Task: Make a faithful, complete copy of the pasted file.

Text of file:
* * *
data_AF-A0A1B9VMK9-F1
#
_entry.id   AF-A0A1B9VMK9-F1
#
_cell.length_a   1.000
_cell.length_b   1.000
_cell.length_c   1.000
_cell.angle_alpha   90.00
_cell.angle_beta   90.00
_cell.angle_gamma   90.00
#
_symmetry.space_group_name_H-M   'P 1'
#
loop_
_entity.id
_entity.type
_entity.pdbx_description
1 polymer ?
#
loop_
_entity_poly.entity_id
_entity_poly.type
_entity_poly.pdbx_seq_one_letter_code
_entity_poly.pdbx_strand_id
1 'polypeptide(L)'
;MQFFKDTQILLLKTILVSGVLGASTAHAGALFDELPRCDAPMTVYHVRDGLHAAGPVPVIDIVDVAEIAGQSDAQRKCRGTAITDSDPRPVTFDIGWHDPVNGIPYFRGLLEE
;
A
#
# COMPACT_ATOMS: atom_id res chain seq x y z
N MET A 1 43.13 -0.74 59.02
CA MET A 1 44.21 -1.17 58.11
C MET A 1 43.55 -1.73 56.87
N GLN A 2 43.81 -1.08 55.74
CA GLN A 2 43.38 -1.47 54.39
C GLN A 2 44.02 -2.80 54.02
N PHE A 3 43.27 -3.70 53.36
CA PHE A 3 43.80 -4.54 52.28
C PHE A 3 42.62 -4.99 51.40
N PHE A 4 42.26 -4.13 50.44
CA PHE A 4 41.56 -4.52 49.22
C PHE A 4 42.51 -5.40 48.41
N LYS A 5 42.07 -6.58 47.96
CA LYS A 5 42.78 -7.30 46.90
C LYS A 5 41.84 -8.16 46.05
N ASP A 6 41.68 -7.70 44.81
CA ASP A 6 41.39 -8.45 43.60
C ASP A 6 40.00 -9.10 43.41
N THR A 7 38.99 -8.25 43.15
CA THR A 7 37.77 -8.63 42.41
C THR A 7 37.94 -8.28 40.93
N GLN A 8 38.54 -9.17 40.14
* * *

data_AF-A0A1B9VMK9-F1
#
_entry.id   AF-A0A1B9VMK9-F1
#
_cell.length_a   1.000
_cell.length_b   1.000
_cell.length_c   1.000
_cell.angle_alpha   90.00
_cell.angle_beta   90.00
_cell.angle_gamma   90.00
#
_symmetry.space_group_name_H-M   'P 1'
#
loop_
_entity.id
_entity.type
_entity.pdbx_description
1 polymer ?
#
loop_
_entity_poly.entity_id
_entity_poly.type
_entity_poly.pdbx_seq_one_letter_code
_entity_poly.pdbx_strand_id
1 'polypeptide(L)'
;MQFFKDTQILLLKTILVSGVLGASTAHAGALFDELPRCDAPMTVYHVRDGLHAAGPVPVIDIVDVAEIAGQSDAQRKCRGTAITDSDPRPVTFDIGWHDPVNGIPYFRGLLEE
;
A
#
# COMPACT_ATOMS: atom_id res chain seq x y z
N MET A 1 43.13 -0.74 59.02
CA MET A 1 44.21 -1.17 58.11
C MET A 1 43.55 -1.73 56.87
N GLN A 2 43.81 -1.08 55.74
CA GLN A 2 43.38 -1.47 54.39
C GLN A 2 44.02 -2.80 54.02
N PHE A 3 43.27 -3.70 53.36
CA PHE A 3 43.80 -4.54 52.28
C PHE A 3 42.62 -4.99 51.40
N PHE A 4 42.26 -4.13 50.44
CA PHE A 4 41.56 -4.52 49.22
C PHE A 4 42.51 -5.40 48.41
N LYS A 5 42.07 -6.58 47.96
CA LYS A 5 42.78 -7.30 46.90
C LYS A 5 41.84 -8.16 46.05
N ASP A 6 41.68 -7.70 44.81
CA ASP A 6 41.39 -8.45 43.60
C ASP A 6 40.00 -9.10 43.41
N THR A 7 38.99 -8.25 43.15
CA THR A 7 37.77 -8.63 42.41
C THR A 7 37.94 -8.28 40.93
N GLN A 8 38.54 -9.17 40.14